- Perception of Disability
- How Managers Can Help Grieving Workers
- Not All Carrots Are the Same! Money and Motivation
- How to Stop Feeling So Stressed
- Can Dilbertian Thinking Improve Results?
- Court of Appeal Rules in New Holiday Pay Calculation Case
- Medical Information and GDPR
- You’re Having a Laugh!
- How to Ask For Help
- Employer’s Knowledge of Disability
- How Should Employers Deal with References Post-GDPR?
- Is It Time to Offer Bone Density Testing?
- Helping Employees Beat Loneliness and Depression Naturally
- Plants, Peace and Productivity
- The Messy Desk Conundrum
- The Pain of Living in Interesting Times
- Sabotaging Success
- Make it Mozart!
- Follow Proper Procedure Even in the Most Blisteringly Obvious Cases
- How to Speed Up Slow Performers
- Simple Belief of Discrimination is Not Enough
- Four Ways to Get More Done
- Abandon the Tyranny of the “To-do” List
- Eugene the Egg Cracks
- Three Conditions to Ensure Training Works
- Benefitting from Peer Knowledge
- How to Cope With “Secondhand” Stress
- Do You Need More Resources – or to Work More Efficiently?
- Network to Progress
- Recruitment A Listers
Not All Carrots Are the Same! Money and Motivation
Although many people get excited about pay and pay-related issues (take the public sector strikes about final salary pension in the recent past) research suggests that the link between salary and job satisfaction is generally weak. The results indicated that there is only a 2% overlap between pay and job satisfaction levels and the correlation between pay and pay satisfaction was only slightly higher, suggesting that people’s satisfaction with their salary is mostly independent of their actual salary.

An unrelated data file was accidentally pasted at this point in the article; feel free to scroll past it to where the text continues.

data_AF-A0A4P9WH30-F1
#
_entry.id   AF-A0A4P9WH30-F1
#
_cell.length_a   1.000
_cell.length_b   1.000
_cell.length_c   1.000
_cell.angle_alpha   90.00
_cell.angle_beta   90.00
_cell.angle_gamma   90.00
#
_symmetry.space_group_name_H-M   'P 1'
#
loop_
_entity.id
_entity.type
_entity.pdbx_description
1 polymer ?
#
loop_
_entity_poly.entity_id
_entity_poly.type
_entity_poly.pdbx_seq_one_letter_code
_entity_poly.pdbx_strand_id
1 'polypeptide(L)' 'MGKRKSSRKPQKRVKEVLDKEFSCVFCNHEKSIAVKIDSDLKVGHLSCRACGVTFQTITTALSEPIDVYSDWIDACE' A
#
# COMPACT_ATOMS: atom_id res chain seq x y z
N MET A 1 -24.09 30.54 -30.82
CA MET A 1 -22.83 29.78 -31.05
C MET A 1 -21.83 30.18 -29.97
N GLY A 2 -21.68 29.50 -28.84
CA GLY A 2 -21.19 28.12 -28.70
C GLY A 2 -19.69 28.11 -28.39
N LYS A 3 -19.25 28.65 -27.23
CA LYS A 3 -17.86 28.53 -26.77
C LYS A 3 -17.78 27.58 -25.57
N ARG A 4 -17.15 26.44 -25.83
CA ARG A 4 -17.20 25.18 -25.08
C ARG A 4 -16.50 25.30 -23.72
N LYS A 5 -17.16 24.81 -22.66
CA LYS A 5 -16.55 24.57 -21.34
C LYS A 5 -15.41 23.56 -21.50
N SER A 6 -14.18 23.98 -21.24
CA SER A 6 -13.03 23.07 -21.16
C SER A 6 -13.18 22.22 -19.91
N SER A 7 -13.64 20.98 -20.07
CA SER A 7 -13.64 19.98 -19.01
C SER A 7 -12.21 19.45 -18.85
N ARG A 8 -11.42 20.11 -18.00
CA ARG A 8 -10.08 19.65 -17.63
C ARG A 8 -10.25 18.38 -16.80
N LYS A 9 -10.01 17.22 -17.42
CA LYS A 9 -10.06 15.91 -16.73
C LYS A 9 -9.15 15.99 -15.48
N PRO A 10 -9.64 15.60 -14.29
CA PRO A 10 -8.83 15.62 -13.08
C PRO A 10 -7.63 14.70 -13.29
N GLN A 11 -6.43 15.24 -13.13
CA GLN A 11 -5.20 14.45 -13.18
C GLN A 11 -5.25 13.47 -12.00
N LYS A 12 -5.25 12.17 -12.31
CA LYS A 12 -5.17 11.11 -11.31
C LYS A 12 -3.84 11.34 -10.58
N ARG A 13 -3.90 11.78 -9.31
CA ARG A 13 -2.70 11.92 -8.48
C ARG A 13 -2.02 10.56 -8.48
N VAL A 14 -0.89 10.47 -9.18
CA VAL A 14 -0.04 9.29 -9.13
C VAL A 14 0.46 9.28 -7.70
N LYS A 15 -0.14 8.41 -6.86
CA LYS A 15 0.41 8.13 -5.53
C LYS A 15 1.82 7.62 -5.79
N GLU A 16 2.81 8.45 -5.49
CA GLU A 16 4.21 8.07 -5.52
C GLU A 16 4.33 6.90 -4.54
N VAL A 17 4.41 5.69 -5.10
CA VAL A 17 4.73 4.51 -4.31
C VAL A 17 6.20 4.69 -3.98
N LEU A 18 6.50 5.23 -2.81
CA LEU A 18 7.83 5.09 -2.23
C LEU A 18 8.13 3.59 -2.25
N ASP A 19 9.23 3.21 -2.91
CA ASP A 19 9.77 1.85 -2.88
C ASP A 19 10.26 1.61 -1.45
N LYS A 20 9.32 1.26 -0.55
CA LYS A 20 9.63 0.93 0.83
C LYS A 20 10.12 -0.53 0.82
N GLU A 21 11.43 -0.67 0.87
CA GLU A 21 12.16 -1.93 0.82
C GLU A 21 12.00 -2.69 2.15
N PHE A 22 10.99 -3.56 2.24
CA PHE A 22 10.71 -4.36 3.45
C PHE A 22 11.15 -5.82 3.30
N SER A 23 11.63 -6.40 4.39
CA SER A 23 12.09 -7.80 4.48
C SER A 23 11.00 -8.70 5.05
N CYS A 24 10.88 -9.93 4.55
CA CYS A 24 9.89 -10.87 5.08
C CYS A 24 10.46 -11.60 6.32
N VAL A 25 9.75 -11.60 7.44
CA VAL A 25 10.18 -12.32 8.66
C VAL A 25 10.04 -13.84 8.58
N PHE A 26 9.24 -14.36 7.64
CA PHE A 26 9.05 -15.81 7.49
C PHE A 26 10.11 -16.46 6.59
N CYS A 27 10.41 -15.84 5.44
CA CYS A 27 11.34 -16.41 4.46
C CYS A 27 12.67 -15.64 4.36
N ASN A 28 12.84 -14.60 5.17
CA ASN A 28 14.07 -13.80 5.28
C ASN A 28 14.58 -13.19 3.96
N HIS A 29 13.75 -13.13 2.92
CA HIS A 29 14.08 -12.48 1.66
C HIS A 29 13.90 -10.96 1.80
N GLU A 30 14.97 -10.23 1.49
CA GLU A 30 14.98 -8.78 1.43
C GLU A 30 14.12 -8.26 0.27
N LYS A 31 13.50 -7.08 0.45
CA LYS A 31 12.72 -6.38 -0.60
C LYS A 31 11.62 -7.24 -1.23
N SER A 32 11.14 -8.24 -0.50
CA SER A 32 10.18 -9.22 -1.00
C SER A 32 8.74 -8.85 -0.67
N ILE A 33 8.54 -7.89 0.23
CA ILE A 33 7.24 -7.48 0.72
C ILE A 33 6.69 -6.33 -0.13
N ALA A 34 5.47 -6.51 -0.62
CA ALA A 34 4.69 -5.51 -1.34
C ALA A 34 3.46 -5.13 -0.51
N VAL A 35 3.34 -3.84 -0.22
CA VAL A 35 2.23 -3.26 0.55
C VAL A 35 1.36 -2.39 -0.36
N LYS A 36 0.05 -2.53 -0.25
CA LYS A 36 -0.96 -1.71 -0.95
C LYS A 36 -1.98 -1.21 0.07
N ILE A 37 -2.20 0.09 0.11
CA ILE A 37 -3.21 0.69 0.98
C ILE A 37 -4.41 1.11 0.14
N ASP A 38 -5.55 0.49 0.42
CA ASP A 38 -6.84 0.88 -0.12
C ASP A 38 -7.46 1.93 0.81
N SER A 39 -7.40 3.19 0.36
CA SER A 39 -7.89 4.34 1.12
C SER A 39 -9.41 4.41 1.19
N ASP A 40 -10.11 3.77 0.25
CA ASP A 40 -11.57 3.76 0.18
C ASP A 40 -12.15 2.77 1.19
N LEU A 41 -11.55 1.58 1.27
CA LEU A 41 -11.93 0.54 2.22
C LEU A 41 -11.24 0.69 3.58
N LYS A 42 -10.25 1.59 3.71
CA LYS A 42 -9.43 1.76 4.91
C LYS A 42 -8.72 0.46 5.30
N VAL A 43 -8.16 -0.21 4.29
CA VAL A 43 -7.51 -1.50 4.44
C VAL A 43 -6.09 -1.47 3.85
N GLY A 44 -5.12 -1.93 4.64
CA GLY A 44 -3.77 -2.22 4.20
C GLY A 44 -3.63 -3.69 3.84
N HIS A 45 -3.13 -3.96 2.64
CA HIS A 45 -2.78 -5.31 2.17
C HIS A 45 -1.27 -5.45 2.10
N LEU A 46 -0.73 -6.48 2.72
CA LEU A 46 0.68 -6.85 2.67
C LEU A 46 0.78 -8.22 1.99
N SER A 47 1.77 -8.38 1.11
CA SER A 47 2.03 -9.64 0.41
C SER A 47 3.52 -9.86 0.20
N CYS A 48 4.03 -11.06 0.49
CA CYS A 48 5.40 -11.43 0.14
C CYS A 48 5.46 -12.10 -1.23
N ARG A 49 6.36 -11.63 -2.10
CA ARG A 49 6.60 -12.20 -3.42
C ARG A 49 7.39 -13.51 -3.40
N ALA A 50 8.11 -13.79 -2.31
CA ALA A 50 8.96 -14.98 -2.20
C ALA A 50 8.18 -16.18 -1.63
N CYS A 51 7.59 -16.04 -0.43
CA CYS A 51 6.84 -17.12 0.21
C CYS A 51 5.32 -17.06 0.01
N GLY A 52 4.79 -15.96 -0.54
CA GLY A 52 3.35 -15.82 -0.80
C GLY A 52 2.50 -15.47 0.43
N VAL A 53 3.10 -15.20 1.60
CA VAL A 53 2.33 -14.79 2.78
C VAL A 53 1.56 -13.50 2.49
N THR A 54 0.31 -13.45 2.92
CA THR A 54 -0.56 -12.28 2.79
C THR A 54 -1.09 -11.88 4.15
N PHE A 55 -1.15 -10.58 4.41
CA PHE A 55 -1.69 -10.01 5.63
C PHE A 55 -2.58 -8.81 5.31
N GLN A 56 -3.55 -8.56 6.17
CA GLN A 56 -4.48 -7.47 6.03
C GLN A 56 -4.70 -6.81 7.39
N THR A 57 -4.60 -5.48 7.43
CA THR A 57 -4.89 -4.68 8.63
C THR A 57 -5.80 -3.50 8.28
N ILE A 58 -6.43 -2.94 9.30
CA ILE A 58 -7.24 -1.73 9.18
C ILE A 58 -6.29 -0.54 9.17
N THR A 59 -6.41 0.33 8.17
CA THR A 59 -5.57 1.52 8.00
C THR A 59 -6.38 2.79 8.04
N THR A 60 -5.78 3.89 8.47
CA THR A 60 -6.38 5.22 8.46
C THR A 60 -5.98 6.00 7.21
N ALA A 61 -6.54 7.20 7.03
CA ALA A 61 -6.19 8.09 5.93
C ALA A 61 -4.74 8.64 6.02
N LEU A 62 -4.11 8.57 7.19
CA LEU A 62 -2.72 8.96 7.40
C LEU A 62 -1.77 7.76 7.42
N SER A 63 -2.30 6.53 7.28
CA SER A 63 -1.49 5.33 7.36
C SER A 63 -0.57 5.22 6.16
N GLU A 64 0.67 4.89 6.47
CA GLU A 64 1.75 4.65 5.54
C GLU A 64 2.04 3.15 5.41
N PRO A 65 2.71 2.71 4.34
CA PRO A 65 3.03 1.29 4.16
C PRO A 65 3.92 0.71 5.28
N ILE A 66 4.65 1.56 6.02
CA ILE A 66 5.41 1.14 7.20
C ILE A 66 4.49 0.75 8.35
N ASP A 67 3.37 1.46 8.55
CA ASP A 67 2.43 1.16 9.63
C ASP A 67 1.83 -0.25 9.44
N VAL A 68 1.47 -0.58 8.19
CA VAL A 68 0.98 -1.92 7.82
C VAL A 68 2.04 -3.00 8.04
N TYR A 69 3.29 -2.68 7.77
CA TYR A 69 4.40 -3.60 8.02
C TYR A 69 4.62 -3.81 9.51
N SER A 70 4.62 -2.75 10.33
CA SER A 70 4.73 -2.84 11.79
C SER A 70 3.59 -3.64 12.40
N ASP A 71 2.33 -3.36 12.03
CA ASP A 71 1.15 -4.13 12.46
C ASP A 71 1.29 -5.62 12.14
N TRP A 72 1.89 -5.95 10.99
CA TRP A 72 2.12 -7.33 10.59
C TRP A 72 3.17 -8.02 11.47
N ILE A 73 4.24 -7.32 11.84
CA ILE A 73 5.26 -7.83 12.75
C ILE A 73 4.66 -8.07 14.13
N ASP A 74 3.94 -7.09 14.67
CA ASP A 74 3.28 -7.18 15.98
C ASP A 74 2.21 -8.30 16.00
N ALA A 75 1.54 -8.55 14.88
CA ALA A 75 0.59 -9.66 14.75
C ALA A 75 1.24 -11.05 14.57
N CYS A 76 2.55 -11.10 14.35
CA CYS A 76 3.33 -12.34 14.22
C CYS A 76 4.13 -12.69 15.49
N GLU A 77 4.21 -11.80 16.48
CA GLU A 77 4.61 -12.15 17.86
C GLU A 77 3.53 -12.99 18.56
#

The same is true when looking at group levels. Employees who were earning salaries in the top half of the data range reported similar levels of job satisfaction to those employees earning salaries in the bottom-half of the data range. The findings were based on 1.4 million employees from 192 organisations across 49 industries and 34 countries.
If you want to have an engaged workforce, money is not the answer. Money does not buy engagement.
People perform best when they are personally motivated (for example, lots of variety, satisfying intellectual curiosity, learning new skills) and their carrot is therefore an internal one. Although external rewards like higher salaries and bigger bonuses do work, the impact tends to be short term.
As intrinsic motivation is a better predictor of job performance than extrinsic motivation it is possible that higher financial rewards may limit motivation and job performance. The more people focus on salary, the less they’ll focus on their intrinsic motivation.
If you want to motivate your workforce, you must understand what your employees really value by looking at intrinsic motivators. That will vary for each individual.
Employees’ personalities are better predictors of engagement than their salaries. Personality can determine 40% of the variability in ratings of job satisfaction. The more emotionally stable, extraverted, agreeable or conscientious people are, the more they tend to like their jobs (irrespective of their salaries).
But employees’ personality is not the most important determinant of their engagement levels. The biggest organisational cause of poor engagement is incompetent or bad leadership. It’s said that good employees don’t leave a business but a bad manager. Maybe the facts bear out the saying.
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Although every effort has been made to ensure the accuracy of the information contained in this blog, nothing herein should be construed as giving advice and no responsibility will be taken for inaccuracies or errors.
Copyright © 2019 all rights reserved. You may copy or distribute this blog as long as this copyright notice and full information about contacting the author are attached. The author is Kate Russell of Russell HR Consulting Ltd.